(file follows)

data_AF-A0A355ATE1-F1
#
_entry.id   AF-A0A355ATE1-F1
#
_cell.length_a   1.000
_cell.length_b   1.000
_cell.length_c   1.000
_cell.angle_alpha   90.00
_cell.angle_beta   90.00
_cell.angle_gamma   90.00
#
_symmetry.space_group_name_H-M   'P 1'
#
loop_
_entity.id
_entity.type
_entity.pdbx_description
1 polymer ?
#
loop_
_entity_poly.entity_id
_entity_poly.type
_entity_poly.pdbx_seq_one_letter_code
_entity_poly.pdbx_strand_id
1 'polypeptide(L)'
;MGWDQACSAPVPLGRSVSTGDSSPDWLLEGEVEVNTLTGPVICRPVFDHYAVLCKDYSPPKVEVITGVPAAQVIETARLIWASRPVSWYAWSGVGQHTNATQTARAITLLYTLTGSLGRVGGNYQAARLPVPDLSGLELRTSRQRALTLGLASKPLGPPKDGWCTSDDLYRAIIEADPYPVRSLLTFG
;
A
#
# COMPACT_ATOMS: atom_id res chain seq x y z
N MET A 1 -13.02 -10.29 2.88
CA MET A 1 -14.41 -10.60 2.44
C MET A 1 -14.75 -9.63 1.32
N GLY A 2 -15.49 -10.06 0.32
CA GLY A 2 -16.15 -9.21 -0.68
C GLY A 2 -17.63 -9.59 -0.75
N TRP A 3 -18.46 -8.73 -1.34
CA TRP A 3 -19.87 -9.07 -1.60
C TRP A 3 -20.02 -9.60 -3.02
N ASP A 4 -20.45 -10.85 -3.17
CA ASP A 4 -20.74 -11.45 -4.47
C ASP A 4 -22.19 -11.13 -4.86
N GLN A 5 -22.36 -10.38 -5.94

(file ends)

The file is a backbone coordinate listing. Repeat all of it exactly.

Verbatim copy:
data_AF-A0A355ATE1-F1
#
_entry.id   AF-A0A355ATE1-F1
#
_cell.length_a   1.000
_cell.length_b   1.000
_cell.length_c   1.000
_cell.angle_alpha   90.00
_cell.angle_beta   90.00
_cell.angle_gamma   90.00
#
_symmetry.space_group_name_H-M   'P 1'
#
loop_
_entity.id
_entity.type
_entity.pdbx_description
1 polymer ?
#
loop_
_entity_poly.entity_id
_entity_poly.type
_entity_poly.pdbx_seq_one_letter_code
_entity_poly.pdbx_strand_id
1 'polypeptide(L)'
;MGWDQACSAPVPLGRSVSTGDSSPDWLLEGEVEVNTLTGPVICRPVFDHYAVLCKDYSPPKVEVITGVPAAQVIETARLIWASRPVSWYAWSGVGQHTNATQTARAITLLYTLTGSLGRVGGNYQAARLPVPDLSGLELRTSRQRALTLGLASKPLGPPKDGWCTSDDLYRAIIEADPYPVRSLLTFG
;
A
#
# COMPACT_ATOMS: atom_id res chain seq x y z
N MET A 1 -13.02 -10.29 2.88
CA MET A 1 -14.41 -10.60 2.44
C MET A 1 -14.75 -9.63 1.32
N GLY A 2 -15.49 -10.06 0.32
CA GLY A 2 -16.15 -9.21 -0.68
C GLY A 2 -17.63 -9.59 -0.75
N TRP A 3 -18.46 -8.73 -1.34
CA TRP A 3 -19.87 -9.07 -1.60
C TRP A 3 -20.02 -9.60 -3.02
N ASP A 4 -20.45 -10.85 -3.17
CA ASP A 4 -20.74 -11.45 -4.47
C ASP A 4 -22.19 -11.13 -4.86
N GLN A 5 -22.36 -10.38 -5.94